Being that cancer is one of the leading causes of death in the world today many are questioning whether cancer is ever going to be curable. Some experts say that cancer is already cured; others say it is not even close to being cured.
What do you need to know about cancer treatment plans?
Most experts would argue that it has not been cured but researchers are close to finding a solid therapy.
BBC news explains, “But something truly exciting is happening - the field of immunotherapy is coming of age. It will not be a universal ‘cure’ but immunotherapy is fast becoming a powerful new weapon alongside chemotherapy, radiotherapy and surgery.”
How does your immune system help?
A person’s immune system is their body's internal guardian and protector as it purges anything that is not theirs. The immune system is proven to have a series of checks and brakes in the system that prevent the immune system turning on healthy tissue (this is what goes wrong in autoimmune diseases like multiple sclerosis).
How does cancer affect the immune system, how do they become intertwined?
Cancer is a corrupted form of healthy tissue and can masquerade as normal to avoid our immune defenses. Some researchers say that the disease acts out the chemical equivalent of screaming move along, nothing to see here.
How does it do this?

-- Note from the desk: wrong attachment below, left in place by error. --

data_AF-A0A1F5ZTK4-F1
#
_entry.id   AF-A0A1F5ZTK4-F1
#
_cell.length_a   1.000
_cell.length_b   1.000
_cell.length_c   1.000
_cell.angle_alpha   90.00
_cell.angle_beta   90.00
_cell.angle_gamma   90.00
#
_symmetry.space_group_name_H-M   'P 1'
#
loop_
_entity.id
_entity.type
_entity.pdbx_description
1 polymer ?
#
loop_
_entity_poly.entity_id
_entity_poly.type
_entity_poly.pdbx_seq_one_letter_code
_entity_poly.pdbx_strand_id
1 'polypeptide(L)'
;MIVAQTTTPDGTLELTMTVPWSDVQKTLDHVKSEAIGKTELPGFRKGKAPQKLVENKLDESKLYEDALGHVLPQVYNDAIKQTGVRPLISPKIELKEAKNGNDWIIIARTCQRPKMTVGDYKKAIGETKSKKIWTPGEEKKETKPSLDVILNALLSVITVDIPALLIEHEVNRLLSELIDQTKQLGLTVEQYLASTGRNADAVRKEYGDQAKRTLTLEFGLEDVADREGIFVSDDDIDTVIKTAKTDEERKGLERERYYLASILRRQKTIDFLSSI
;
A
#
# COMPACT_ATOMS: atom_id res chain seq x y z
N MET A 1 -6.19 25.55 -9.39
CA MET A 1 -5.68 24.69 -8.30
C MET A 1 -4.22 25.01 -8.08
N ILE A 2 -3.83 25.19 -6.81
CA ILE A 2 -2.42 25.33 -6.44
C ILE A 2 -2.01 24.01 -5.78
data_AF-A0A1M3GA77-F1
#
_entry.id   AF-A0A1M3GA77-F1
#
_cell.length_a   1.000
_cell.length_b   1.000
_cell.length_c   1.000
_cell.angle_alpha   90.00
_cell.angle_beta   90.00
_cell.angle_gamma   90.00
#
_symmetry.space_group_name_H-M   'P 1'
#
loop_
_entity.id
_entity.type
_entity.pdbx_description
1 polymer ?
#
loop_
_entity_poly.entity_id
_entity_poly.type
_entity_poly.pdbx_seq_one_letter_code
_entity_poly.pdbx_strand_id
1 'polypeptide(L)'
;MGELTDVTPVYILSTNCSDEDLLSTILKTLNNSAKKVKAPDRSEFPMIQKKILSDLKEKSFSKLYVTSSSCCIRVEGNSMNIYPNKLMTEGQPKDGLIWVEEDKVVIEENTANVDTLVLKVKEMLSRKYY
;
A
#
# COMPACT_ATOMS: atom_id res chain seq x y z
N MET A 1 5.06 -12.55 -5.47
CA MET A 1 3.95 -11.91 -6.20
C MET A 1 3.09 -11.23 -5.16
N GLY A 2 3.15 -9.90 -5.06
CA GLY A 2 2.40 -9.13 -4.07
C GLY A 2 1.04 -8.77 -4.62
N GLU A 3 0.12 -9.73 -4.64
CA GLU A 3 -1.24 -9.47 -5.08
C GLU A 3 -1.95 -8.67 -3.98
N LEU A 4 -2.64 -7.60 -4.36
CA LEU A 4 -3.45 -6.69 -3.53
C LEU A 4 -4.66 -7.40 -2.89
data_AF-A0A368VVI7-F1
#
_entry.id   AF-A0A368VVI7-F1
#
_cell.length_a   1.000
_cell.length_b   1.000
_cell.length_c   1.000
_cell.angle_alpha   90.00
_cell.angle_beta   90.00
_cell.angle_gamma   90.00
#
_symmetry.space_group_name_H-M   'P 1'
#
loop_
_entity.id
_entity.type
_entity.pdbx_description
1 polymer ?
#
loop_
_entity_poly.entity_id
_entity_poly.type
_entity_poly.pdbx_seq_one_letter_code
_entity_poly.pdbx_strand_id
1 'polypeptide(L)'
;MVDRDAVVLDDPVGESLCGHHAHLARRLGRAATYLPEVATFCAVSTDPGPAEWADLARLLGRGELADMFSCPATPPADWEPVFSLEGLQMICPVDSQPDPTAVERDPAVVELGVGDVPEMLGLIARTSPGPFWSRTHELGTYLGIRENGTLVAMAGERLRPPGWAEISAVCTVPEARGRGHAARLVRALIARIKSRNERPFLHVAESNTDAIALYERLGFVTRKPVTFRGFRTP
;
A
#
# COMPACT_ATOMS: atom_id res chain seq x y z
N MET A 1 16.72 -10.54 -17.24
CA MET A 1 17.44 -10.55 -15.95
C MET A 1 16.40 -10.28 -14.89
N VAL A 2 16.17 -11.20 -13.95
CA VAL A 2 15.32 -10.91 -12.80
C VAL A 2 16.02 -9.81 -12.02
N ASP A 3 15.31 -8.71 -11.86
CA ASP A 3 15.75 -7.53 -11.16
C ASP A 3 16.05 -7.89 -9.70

Cancer does this by creating proteins on its surface that perform a chemical handshake with immune system cells to turn them off.
“The immunotherapy drugs that have got people excited are like an oven-mitt that covers one of the hands, preventing the handshake,” according to BBC news.
The results of the study, which was led in the United Kingdom, showed that immunotherapy could be extremely effective. Research showed that 60% of advanced melanoma skin cancers shrank in size when two immunotherapies were administered. Experts are saying that the dual treatment stopped some of these fatal cancers from advancing for almost twelve months.
The American society of Clinical Oncology announcement came two days after another immunotherapy trial proved that some lung cancer patients had their life expectancy doubled after taking immunotherapy medications.
There are some areas of caution though. BBC reports, “These drugs do not work equally in everyone. Some people do spectacularly well, some do ok, and some do not respond at all.”
How come immunotherapies work better in some than others?
Researchers say that the reason why is still unclear.
There are many possible reasons for the disparity.
Long-term side effects are also a major uncertainty. Will the change to the immune system heighten the threat of autoimmune diseases? “So far the side effects seem to appear only during treatment, but long-term follow of patients who do respond has not taken place,” according to the BBC.
Researchers are continuing to look into how much immunotherapy can help melanoma and lung cancer patients.